8

Example: http://jsfiddle.net/wCFBw/25/

input {
    color: black;
}
<input type="text" value="This is black" />
<input type="text" disabled="disabled" value="Why this is not black?" />
0

1 Answer 1

21

I don't know why that happens, but I suspect WebKit is trying to be smart with respect to letting the user know the <input> is disabled.

You can workaround this by also using the -webkit-text-fill-color property:

input.black {
    color: black;
    -webkit-text-fill-color: black
}

Please, make sure you're setting the colour to something that makes it apparent that the <input> is disabled.

Here's your demo, modified with the new property: http://jsfiddle.net/thirtydot/wCFBw/38/

8
  • You should have earned the l33t badge for this answer. Apr 1, 2011 at 21:47
  • This seems to be text-fill-color and text-stroke CSS3 stuff Apr 1, 2011 at 21:49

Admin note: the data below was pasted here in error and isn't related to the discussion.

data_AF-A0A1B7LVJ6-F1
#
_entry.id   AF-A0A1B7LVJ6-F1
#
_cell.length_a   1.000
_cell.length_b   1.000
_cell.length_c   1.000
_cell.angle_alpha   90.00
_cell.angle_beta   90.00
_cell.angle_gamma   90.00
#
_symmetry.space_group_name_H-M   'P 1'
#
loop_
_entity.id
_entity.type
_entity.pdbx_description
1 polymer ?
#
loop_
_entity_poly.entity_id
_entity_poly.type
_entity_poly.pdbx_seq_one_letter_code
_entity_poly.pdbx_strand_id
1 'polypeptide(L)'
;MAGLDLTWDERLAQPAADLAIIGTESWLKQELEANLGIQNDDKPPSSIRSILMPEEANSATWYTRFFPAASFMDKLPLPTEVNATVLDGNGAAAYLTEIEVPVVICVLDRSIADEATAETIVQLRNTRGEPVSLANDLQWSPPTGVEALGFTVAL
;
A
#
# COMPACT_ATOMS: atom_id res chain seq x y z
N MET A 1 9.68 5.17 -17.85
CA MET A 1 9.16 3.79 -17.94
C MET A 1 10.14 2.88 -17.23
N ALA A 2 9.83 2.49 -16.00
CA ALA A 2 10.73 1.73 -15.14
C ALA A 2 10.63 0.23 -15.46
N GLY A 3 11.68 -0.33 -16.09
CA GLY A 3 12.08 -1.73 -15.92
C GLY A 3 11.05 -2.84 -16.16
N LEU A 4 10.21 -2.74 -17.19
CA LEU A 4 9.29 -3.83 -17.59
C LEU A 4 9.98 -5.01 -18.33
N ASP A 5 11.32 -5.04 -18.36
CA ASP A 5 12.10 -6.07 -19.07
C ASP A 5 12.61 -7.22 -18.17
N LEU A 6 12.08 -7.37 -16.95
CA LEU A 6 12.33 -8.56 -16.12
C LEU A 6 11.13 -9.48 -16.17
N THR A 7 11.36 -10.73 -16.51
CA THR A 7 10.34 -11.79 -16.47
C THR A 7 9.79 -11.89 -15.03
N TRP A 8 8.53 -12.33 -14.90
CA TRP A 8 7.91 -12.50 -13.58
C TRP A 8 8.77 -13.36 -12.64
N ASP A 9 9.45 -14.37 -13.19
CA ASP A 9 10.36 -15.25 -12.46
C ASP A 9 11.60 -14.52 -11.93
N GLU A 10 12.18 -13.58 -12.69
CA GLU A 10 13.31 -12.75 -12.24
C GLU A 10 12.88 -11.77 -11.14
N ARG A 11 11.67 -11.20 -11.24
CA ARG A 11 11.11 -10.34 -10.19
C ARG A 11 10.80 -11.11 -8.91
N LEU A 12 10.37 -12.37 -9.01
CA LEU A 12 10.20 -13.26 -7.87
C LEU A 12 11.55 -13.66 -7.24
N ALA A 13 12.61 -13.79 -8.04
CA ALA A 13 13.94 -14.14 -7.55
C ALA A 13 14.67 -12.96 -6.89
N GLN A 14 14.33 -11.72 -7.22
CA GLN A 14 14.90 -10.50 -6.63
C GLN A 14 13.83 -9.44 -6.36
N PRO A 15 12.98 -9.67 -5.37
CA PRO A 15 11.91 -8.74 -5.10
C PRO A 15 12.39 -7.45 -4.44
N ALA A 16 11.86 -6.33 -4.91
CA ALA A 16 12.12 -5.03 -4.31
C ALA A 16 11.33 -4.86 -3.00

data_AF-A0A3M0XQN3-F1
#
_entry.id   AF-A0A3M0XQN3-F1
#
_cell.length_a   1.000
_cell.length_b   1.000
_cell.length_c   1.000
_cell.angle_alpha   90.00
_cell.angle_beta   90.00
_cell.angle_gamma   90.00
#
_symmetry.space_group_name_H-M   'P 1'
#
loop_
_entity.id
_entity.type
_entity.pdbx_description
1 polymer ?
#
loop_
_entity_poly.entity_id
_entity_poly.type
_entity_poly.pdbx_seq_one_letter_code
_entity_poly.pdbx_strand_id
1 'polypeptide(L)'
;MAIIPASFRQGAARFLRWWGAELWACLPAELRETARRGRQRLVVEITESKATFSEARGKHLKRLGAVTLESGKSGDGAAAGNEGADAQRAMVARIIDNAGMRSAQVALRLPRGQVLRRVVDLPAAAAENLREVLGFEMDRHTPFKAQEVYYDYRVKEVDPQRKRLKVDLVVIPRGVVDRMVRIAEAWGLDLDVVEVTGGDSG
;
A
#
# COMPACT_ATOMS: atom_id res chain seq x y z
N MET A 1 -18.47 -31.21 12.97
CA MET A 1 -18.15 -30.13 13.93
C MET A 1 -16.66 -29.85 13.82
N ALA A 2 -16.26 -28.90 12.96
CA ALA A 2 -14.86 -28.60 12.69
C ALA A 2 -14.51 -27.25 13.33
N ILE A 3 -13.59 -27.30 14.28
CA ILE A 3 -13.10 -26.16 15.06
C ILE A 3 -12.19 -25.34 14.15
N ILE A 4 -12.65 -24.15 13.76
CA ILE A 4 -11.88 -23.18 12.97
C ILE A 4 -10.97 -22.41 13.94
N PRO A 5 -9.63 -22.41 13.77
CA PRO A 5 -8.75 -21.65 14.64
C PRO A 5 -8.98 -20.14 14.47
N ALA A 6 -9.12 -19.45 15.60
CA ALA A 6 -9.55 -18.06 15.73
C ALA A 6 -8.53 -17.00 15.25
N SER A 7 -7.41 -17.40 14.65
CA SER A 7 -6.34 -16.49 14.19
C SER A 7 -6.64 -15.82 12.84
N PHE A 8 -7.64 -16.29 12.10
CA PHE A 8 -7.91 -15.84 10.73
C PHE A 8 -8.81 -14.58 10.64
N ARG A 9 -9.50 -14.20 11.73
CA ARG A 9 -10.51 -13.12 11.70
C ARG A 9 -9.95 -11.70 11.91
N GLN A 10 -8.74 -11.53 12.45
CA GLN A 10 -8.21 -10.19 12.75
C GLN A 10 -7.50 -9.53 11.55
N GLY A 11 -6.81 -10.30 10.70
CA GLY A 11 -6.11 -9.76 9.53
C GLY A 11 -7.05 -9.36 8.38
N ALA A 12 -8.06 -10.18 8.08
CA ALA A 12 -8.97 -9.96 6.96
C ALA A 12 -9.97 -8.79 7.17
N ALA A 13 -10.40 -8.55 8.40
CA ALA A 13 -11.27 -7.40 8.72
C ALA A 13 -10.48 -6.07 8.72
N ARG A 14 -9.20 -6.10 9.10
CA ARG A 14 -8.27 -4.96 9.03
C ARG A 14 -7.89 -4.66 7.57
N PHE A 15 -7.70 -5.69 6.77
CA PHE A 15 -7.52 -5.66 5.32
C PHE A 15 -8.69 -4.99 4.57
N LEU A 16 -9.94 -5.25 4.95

• No problem! This property isn't really CSS3 as such; it's a WebKit-only proprietary property. According to the link in my answer, it's Available in Safari 3.0 and later, so it's been around for a while.
    – thirtydot
    Apr 1, 2011 at 21:52
  • 1
    Great answer, thanks! Any idea how to make this work in IE8? (The color is just grey...)
    – philfreo
    May 12, 2011 at 18:41
  • 2
    @philfreo: There doesn't seem to be a good way, see: stackoverflow.com/questions/1411044/… - you can set the input to readonly instead, but that has other consequences (such as with readonly, the input will be sent to the server on submit, but with disabled, it won't be): jsfiddle.net/wCFBw/40
    – thirtydot
    May 12, 2011 at 18:55

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